30.11.2023 Tavastia Klubi, Helsinki, Finland
Icelandic Sólstafir experienced quite an evolution over the years. Seeing them around 2015, I would compare them to Fields of the Nephilim, both in looks and in sound. Even earlier, according to Wiki, they were compared even to Sigur Rós. They are quite prominent in the European metal scene and usually can be seen touring with names such as Insomnium and Amorphis.
Timechild from Denmark was the first opening act of the evening. Described as heavy and progressive, they played a short but quite melodic sets — likely, their “best of”, of which ‘Call of the Petrichor’ was my favorite.
The second warm-up was the local doom metal formation The Abbey, fronted by Natalia Koskinen (Shape of Despair) and with Janne Markus (Posionblack, Man-Eating Tree) on guitars and Vesa Ranta (Man-Eating Tree, Sentenced) on drums, among the others. As you may expect from the famous past projects of the members, The Abbey has rather “Finnish” sounding melodic metal with lyrics based on occult inspirations.
Visually, the shows of the warm-up acts were focused on the music and did not invest much in action on stage. Besides, the light was clearly not the concern of, well, anyone, and photographers on set were to make do with the common flood light and the smoke. Both acts can be characterized as professional and delivering reliable compositions, though both are rather niche.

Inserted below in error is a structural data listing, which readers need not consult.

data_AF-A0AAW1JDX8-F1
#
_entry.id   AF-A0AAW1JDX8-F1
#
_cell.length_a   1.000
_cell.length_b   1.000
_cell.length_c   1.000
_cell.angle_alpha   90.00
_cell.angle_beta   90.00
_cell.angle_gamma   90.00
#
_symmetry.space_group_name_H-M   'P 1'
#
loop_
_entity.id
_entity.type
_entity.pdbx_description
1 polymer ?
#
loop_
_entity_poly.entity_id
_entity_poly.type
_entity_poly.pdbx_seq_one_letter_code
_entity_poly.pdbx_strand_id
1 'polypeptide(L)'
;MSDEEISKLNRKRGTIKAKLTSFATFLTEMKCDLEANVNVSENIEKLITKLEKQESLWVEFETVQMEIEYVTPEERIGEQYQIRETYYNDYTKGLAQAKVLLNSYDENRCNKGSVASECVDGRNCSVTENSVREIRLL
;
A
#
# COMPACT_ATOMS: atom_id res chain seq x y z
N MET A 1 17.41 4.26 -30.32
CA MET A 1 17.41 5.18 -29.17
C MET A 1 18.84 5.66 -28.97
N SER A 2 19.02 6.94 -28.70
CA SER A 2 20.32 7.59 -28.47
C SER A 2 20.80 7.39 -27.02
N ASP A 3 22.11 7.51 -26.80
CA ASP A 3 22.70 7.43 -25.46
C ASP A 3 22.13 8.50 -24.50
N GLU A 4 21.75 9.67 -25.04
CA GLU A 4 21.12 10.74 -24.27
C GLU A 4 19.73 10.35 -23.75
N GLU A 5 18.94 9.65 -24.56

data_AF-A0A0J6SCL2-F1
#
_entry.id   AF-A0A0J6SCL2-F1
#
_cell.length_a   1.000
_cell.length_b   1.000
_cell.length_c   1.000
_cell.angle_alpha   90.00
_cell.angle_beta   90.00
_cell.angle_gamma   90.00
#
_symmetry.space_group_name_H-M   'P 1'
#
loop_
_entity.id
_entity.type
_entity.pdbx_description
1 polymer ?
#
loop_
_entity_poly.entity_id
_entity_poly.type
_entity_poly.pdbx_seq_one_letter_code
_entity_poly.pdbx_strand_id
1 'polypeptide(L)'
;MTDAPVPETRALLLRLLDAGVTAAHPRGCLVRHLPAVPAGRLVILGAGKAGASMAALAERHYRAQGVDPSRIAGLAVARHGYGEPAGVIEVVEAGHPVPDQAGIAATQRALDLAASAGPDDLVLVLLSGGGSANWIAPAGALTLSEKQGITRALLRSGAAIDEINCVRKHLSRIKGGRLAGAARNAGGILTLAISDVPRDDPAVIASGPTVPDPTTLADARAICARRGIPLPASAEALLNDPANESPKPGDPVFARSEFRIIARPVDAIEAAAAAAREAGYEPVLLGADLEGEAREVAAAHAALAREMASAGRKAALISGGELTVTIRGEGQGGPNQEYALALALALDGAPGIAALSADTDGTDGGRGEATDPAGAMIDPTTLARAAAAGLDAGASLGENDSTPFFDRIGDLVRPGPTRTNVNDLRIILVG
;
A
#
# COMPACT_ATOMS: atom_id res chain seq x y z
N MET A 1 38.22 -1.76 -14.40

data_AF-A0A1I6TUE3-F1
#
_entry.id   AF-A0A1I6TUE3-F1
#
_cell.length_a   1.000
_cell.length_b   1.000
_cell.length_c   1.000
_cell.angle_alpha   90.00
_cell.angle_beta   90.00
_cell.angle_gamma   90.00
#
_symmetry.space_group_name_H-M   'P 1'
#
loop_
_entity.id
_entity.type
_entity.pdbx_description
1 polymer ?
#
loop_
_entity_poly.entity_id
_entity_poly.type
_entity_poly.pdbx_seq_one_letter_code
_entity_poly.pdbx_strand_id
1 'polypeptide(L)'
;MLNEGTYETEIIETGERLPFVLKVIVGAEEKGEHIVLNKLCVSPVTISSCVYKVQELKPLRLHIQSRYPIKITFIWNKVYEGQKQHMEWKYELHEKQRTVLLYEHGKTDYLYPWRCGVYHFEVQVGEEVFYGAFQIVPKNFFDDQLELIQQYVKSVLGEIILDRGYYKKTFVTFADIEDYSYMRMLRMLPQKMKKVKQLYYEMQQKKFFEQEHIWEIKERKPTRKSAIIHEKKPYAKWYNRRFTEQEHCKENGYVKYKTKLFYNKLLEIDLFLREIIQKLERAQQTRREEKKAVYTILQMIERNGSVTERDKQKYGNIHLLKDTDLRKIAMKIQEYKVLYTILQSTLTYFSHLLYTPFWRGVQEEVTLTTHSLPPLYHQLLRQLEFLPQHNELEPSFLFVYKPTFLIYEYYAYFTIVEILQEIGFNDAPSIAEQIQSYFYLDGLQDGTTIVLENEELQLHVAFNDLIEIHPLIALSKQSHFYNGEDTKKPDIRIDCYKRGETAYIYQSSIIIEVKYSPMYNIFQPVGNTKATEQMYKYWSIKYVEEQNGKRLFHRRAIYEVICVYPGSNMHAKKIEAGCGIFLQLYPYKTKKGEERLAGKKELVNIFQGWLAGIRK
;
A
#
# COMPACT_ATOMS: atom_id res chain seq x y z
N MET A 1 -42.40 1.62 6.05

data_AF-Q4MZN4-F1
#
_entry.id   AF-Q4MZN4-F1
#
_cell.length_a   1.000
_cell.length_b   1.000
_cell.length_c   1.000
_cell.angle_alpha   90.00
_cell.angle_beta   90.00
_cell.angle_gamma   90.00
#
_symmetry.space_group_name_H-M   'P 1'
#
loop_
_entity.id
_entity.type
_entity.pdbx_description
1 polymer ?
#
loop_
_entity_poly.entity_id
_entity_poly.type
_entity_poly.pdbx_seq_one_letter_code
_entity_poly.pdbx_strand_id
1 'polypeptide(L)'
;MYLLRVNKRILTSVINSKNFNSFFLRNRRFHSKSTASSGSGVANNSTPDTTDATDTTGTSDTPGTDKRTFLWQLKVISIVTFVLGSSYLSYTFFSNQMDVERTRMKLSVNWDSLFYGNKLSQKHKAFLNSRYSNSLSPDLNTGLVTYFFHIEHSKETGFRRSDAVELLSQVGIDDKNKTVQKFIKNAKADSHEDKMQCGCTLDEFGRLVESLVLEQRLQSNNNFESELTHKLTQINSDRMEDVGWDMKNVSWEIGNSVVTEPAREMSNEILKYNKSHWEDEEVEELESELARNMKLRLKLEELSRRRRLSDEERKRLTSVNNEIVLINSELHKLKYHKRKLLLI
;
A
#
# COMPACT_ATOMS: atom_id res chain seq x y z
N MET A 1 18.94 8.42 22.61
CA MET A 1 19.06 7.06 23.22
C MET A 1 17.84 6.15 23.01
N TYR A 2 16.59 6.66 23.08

Progressive, slow sound and mediocre lights, however, were wiped away as soon as Sólstafir took the stage. While eight years ago I definitely captured the Fileds of the Nephilim influence, today it is a bit different, a more mature band with its distinct, personal sound. The distinct sound that somehow pumps you with energy and impression, the trademark looks of the artists, and the close-to-people action by Aðalbjörn Tryggvason were on the top level. I won’t see much of Sigur Rós influence anymore in the music, but I can tell that the couple of electric lamps lighting up the vegvísir-based logos on the backdrop were bearing some resemblance to the stage set of Jounsi and co. The crowd was pretty familiar with the band and the songs, as some chose to videotape the entire gig and others, being drunk, fought for the touch of the vocalist for the entire duration (he was surprisingly good at avoiding the overeager people though, while interacting with regular fans). The light was, in turn, the best I have seen in Tavastia so far. Again, unlike the short sets of the warming bands, Sólstafir’s set was suitably long. The band does not mind the omnipresent smartphones, and the front-row fans’ devices even ended up in Aðalbjörn’s hands to take some selfies with the owners.
Upon visiting the show, I can definitely recommend Sólstafir for a great experience.